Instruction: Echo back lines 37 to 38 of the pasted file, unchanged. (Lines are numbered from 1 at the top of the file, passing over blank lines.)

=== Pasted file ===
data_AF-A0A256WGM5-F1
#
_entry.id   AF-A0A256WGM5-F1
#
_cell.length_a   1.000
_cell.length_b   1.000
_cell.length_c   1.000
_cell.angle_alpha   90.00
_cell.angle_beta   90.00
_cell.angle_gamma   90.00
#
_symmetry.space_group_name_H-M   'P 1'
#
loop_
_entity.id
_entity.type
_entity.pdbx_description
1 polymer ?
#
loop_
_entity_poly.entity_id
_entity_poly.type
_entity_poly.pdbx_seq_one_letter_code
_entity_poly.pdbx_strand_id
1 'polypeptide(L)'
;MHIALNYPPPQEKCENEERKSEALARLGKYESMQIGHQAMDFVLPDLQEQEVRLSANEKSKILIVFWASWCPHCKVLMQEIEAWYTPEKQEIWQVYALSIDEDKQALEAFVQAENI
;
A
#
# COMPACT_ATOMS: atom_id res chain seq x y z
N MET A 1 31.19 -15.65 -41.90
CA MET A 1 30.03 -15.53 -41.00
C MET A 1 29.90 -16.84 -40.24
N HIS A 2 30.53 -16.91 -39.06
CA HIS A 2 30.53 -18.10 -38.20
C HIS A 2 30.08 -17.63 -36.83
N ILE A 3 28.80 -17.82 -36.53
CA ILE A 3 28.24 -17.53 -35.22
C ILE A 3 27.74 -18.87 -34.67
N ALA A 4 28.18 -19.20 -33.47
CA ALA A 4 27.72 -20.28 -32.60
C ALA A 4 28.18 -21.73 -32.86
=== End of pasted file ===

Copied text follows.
N ILE A 3 28.80 -17.82 -36.53
CA ILE A 3 28.24 -17.53 -35.22